Linked by Thom Holwerda on Wed 25th Jul 2012 22:18 UTC
OSNews, Generic OSes The article I'm about to link to, by Oliver Reichenstein, is pretty terrible, but it's a good way for me to bring up something I've been meaning to talk about. First, the article: "Apple has been working on its file system and with iOS it had almost killed the concept of folders - before reintroducing them with a peculiar restriction: only one level! With Mountain Lion it brings its one folder level logic to OSX. What could be the reason for such a restrictive measure?" So, where does this crusade against directory structures (not file systems, as the article aggravatingly keeps stating) come from?
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Interestingly, I absolutely always use the iTunes-style of directory structure for my MP3s. To transfer files to other devices (e.g. my phone, other computers), it's so nice to be able to navigate to them in my file manager, select the album I want to copy and drag it over. I like it so much, that when I developed my own music player (for a custom jukebox) I made it use the same directory structure based on the contents of the ID3 tags.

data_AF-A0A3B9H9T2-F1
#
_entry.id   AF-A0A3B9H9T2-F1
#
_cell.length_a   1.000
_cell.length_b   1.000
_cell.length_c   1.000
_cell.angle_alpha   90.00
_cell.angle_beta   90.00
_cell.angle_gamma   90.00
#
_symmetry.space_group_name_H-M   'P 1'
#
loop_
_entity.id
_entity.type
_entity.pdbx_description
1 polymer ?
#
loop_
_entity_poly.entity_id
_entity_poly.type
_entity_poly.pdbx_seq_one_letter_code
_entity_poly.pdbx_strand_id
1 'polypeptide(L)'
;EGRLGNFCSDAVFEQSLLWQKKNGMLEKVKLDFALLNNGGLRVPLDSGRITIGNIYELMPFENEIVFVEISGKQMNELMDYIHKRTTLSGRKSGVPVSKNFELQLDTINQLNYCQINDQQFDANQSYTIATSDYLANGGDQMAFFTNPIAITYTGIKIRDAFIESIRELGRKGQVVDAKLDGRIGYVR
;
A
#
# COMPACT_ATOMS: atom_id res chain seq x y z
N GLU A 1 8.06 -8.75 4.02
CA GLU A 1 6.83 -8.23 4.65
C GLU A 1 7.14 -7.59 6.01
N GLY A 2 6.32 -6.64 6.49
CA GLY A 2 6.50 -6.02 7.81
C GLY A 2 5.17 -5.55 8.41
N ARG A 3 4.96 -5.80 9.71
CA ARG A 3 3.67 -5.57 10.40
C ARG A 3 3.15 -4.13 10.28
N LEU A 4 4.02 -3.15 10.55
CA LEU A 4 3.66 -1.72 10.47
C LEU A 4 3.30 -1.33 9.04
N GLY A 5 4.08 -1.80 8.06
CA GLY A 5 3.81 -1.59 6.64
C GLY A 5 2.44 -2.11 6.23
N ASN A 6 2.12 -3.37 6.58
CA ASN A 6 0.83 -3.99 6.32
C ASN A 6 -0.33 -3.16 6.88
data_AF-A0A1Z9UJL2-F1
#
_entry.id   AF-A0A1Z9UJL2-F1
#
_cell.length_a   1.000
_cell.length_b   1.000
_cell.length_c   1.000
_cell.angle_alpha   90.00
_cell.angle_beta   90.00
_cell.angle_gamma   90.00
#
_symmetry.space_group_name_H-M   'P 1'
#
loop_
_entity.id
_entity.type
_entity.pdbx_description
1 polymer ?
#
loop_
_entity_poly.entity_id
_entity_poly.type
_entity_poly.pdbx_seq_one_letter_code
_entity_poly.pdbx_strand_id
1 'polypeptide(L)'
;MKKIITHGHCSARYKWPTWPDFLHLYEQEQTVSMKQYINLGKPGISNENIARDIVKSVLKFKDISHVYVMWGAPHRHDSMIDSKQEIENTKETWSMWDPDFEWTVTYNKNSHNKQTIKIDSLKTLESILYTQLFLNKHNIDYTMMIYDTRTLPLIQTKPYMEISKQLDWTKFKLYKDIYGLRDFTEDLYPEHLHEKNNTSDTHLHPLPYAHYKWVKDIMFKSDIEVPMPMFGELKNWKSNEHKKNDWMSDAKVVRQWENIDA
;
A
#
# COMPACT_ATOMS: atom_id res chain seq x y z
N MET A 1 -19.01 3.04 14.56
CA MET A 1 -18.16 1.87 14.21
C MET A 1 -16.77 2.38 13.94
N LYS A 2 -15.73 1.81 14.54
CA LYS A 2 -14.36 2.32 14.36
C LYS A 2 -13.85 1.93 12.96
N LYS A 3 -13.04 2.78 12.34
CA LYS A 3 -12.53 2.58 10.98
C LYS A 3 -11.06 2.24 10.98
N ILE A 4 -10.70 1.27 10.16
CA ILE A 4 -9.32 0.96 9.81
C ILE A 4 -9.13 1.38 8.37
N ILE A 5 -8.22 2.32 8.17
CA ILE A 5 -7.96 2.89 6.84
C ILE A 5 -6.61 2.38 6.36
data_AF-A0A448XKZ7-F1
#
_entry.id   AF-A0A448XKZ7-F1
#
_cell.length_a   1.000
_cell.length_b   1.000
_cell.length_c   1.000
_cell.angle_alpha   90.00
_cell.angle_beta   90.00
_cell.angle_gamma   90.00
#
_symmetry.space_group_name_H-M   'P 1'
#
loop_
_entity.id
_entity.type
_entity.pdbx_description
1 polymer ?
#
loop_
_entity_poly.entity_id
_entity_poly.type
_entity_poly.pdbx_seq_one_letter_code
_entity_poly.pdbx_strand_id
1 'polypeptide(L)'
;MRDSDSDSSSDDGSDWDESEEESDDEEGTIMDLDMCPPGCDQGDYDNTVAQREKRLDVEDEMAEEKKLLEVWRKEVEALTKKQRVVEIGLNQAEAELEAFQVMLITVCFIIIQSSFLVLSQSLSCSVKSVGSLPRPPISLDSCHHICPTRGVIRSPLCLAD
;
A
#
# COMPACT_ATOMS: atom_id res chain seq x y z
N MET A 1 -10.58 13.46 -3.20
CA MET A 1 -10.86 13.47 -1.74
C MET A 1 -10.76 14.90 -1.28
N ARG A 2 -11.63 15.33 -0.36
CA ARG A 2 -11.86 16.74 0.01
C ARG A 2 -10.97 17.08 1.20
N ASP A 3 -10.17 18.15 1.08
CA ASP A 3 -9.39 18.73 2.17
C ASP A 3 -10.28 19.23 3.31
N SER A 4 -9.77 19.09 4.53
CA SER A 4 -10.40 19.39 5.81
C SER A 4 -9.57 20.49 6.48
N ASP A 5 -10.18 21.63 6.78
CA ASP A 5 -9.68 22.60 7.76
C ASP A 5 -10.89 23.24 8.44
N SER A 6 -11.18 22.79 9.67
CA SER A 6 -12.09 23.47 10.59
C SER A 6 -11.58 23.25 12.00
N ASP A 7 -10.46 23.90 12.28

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WorknMan Member since:

Have never been an 'album' sort of guy myself, so I usually have about 5-6 tracks per artist at the most, with a few exceptions here and there. Therefore, trying to store them in some kind of logical directory structure seems like a waste of time for me. Of course, there are others who prefer the folder structure, so it's always nice to have options. But Apple has never been about giving people the option to choose one way or the other.

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